Believe it or not, we need fear. It’s the body’s built-in response to danger, and is rooted in our very existence as human beings. While nobody seems to be tracking the actual data, logic could tell us that countless lives have likely been saved by fear over the centuries. If we never felt afraid, we wouldn’t run when being chased. We wouldn’t look both ways before crossing the street. And we would enter thoughtlessly into any relationship with someone who’s out to hurt us. Whether the danger is physical or emotional in nature, fear is meant to protect us.


What Happens When Fear Starts to Rule Us?

Many who suffer from anxiety or depression talk about living in fear. Fear of social situations, rejection, failure, or relationships may all play a role in this. While it’s normal for everyone to feel fear from time to time, it shouldn’t be the ruling emotion that dominates how you live and make decisions. If fear leads you to avoid challenges or make goals that could benefit you, it may be time to address the underlying cause so you can move past it.

When it comes to healing anxiety and depression, it’s important to seek medical advice. But working to get past your fears could help you feel and function better on a day-to-day basis.


Managing Fear

These tips are meant to help you cope with unreasonable fears you might have from time to time; you may or may not require outside help. If you need to talk to someone about your fears, please do so, but these tactics might be a great place to start.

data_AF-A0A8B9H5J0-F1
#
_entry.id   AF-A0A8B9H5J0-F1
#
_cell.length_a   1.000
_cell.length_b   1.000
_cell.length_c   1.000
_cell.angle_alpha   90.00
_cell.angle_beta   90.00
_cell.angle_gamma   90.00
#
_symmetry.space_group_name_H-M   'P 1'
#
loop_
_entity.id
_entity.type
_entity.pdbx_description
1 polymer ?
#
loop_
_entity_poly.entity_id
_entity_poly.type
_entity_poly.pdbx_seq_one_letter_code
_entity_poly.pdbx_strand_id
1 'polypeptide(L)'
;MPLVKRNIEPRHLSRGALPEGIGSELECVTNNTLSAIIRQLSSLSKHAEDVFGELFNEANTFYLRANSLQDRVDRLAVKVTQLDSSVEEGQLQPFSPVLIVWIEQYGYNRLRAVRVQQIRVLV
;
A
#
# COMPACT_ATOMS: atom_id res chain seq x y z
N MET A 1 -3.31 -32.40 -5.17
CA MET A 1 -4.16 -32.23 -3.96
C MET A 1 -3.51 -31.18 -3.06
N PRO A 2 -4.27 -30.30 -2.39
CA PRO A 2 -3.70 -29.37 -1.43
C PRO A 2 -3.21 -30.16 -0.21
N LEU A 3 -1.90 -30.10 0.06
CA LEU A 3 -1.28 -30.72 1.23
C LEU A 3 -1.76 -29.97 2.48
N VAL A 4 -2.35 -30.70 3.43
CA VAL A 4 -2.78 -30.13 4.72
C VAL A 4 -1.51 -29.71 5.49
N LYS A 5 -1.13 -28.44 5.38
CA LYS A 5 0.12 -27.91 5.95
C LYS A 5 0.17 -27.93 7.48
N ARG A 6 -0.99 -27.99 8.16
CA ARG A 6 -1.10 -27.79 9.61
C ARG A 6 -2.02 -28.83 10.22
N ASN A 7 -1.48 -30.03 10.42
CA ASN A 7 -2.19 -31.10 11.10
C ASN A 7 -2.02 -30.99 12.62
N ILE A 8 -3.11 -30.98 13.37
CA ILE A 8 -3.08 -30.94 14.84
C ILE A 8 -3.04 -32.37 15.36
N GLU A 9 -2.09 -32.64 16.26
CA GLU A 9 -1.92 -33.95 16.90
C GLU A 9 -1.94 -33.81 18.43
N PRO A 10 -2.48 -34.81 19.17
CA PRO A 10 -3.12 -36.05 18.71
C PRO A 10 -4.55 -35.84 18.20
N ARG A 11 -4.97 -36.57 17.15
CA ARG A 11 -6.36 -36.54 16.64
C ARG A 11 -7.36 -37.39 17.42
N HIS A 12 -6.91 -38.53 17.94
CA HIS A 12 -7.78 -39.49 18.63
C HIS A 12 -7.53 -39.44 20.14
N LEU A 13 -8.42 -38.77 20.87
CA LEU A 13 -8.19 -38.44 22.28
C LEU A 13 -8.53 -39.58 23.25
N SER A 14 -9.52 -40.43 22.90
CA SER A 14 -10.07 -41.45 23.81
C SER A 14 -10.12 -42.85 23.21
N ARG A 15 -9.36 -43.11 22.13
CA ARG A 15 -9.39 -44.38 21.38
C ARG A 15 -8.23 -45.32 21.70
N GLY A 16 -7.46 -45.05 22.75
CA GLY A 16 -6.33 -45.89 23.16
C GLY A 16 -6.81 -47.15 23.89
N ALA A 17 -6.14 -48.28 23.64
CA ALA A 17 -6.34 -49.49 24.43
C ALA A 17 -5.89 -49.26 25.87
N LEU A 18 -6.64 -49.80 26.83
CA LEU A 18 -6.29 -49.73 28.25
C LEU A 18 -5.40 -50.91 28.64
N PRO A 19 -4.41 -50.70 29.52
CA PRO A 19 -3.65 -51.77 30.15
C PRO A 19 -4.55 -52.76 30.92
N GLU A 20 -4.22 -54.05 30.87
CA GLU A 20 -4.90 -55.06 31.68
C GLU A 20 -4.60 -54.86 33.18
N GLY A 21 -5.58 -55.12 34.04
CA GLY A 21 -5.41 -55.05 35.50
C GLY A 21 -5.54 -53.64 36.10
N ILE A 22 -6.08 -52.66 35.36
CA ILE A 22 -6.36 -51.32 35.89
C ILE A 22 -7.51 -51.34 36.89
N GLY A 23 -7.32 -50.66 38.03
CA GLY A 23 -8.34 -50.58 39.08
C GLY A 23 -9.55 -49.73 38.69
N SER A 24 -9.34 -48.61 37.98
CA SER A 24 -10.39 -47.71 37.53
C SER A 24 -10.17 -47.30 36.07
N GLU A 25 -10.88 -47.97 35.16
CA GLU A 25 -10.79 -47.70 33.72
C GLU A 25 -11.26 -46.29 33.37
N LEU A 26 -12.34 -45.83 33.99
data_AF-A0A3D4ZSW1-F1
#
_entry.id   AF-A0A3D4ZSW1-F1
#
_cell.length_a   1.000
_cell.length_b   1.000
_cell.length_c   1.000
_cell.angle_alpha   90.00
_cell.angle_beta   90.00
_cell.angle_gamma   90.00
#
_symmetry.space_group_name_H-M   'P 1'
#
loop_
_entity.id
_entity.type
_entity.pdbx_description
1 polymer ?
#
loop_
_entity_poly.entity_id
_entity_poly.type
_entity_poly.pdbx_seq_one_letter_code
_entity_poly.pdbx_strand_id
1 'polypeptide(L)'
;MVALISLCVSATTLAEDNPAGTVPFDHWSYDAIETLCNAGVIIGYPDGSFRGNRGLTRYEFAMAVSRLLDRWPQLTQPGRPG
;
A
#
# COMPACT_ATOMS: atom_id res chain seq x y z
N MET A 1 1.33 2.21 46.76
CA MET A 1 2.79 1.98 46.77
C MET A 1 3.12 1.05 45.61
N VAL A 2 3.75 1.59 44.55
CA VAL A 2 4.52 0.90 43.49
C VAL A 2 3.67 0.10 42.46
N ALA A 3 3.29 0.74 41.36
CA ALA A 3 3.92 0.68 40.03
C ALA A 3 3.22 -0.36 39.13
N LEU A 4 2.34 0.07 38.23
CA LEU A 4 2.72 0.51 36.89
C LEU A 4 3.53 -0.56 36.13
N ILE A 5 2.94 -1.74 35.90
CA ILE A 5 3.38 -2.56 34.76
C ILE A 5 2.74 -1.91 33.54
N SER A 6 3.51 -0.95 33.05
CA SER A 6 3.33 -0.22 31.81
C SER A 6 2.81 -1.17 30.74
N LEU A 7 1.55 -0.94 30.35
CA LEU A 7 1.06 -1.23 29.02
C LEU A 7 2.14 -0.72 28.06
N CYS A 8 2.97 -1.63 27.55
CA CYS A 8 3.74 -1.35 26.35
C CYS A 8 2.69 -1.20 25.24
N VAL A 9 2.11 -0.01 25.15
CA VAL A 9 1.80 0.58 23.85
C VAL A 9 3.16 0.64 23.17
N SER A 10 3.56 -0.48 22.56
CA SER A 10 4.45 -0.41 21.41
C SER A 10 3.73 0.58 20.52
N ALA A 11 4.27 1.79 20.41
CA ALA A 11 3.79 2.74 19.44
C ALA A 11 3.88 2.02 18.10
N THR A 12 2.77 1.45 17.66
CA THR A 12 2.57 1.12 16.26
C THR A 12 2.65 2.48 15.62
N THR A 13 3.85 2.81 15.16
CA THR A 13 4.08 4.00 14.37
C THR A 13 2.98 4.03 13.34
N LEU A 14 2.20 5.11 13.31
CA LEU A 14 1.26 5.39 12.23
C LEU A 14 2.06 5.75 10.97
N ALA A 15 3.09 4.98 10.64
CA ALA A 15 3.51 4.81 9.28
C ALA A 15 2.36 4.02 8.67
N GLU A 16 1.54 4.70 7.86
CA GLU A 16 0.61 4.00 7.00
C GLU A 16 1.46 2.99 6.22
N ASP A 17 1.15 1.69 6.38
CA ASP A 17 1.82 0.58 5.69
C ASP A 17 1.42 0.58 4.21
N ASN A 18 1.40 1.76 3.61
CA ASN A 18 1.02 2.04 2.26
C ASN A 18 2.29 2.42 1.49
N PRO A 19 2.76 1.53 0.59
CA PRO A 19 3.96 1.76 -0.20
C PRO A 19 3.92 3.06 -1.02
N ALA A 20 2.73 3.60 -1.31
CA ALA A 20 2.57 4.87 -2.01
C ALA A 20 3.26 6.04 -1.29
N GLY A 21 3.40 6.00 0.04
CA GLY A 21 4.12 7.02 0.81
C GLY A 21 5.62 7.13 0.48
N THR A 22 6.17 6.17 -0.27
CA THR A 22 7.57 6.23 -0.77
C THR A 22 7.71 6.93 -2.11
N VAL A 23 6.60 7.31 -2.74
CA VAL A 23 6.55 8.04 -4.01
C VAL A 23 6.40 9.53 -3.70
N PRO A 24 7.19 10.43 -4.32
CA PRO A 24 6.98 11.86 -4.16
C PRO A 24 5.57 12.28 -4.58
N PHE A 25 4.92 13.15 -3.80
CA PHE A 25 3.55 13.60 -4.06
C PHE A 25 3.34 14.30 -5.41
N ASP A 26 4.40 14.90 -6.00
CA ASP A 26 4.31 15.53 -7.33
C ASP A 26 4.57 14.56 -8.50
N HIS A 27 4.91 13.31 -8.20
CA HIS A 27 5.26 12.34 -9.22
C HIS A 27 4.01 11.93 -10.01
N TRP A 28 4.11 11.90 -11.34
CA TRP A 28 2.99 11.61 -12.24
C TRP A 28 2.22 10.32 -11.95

• Practice the Law of Reversibility: This law says that if you act in a way consistent with a feeling — even if it’s not what you feel right now — you can create a feeling that jives with your actions. In other words, if you act confident (even if you don’t feel that way), you can begin to feel more confident. This is consistent with the basic premise of positivity. If you put out those vibes of positivity and bravery, you just might feel more positive and brave!


  • Put Your Shields Up: Sometimes the fears and negativity of others can rub off on you — especially if you are prone to feeling that way already. You can actually work on shielding your energy from negativity — like fear.  Learn more about it here.


  • Face Them: Shakespeare said, “Take arms against a sea of troubles, and in so doing, end them.” A lot of people talk about facing their fears in order to overcome them. While this might be fine for a fear of flying or bungee jumping (just be smart about who helps you), you don’t want to fly into a bad relationship when your fears a justified! So if you do decide to face your fears, go slowly and use common sense. Talk to a trusted friend or advisor if needed.


  • Use the Emotion Code®: Sometimes a scary situation — emotionally or physically — can be too much to deal with. When you can’t process those fears even when the risk has passed, you might end up with the emotional energy of fear trapped inside you. With that fearful energy already pulsing inside you, you might be more likely to feel afraid at any time — even if there is no real danger right now. Use the Emotion Code and muscle testing to determine if you have Trapped Emotions of fear or other feelings that might lead you to feel afraid without a just cause.


You Can Overcome Fear

While healing anxiety and depression may require outside help, many of us can learn to handle our own fears using the strategies above. Whether or not you actually have those conditions, tackling fear can help you function with more joy and success every day.